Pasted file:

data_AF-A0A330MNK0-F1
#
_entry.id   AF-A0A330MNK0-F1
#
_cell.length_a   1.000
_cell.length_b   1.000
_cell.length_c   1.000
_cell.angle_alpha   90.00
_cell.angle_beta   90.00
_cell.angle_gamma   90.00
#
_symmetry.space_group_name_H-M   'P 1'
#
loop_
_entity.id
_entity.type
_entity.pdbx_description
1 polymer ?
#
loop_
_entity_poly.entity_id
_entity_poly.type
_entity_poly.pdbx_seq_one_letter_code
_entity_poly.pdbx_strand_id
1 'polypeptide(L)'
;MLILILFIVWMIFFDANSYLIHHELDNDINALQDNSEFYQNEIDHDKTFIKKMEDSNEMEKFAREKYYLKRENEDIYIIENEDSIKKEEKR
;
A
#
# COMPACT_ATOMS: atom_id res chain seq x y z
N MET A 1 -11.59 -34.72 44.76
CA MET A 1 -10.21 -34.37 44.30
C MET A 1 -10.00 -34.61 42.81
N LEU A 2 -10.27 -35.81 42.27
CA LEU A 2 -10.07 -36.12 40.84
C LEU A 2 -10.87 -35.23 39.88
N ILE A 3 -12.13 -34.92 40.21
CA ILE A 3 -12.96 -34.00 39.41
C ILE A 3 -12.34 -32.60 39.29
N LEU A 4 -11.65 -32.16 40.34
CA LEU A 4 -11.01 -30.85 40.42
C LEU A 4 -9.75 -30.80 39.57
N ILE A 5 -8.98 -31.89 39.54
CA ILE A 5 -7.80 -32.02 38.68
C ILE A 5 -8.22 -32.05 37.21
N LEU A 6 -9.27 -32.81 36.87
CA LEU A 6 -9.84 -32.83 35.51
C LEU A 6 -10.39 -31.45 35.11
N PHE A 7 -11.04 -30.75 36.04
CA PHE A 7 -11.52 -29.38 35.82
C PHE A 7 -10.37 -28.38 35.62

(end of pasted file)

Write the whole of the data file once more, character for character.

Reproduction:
data_AF-A0A330MNK0-F1
#
_entry.id   AF-A0A330MNK0-F1
#
_cell.length_a   1.000
_cell.length_b   1.000
_cell.length_c   1.000
_cell.angle_alpha   90.00
_cell.angle_beta   90.00
_cell.angle_gamma   90.00
#
_symmetry.space_group_name_H-M   'P 1'
#
loop_
_entity.id
_entity.type
_entity.pdbx_description
1 polymer ?
#
loop_
_entity_poly.entity_id
_entity_poly.type
_entity_poly.pdbx_seq_one_letter_code
_entity_poly.pdbx_strand_id
1 'polypeptide(L)'
;MLILILFIVWMIFFDANSYLIHHELDNDINALQDNSEFYQNEIDHDKTFIKKMEDSNEMEKFAREKYYLKRENEDIYIIENEDSIKKEEKR
;
A
#
# COMPACT_ATOMS: atom_id res chain seq x y z
N MET A 1 -11.59 -34.72 44.76
CA MET A 1 -10.21 -34.37 44.30
C MET A 1 -10.00 -34.61 42.81
N LEU A 2 -10.27 -35.81 42.27
CA LEU A 2 -10.07 -36.12 40.84
C LEU A 2 -10.87 -35.23 39.88
N ILE A 3 -12.13 -34.92 40.21
CA ILE A 3 -12.96 -34.00 39.41
C ILE A 3 -12.34 -32.60 39.29
N LEU A 4 -11.65 -32.16 40.34
CA LEU A 4 -11.01 -30.85 40.42
C LEU A 4 -9.75 -30.80 39.57
N ILE A 5 -8.98 -31.89 39.54
CA ILE A 5 -7.80 -32.02 38.68
C ILE A 5 -8.22 -32.05 37.21
N LEU A 6 -9.27 -32.81 36.87
CA LEU A 6 -9.84 -32.83 35.51
C LEU A 6 -10.39 -31.45 35.11
N PHE A 7 -11.04 -30.75 36.04
CA PHE A 7 -11.52 -29.38 35.82
C PHE A 7 -10.37 -28.38 35.62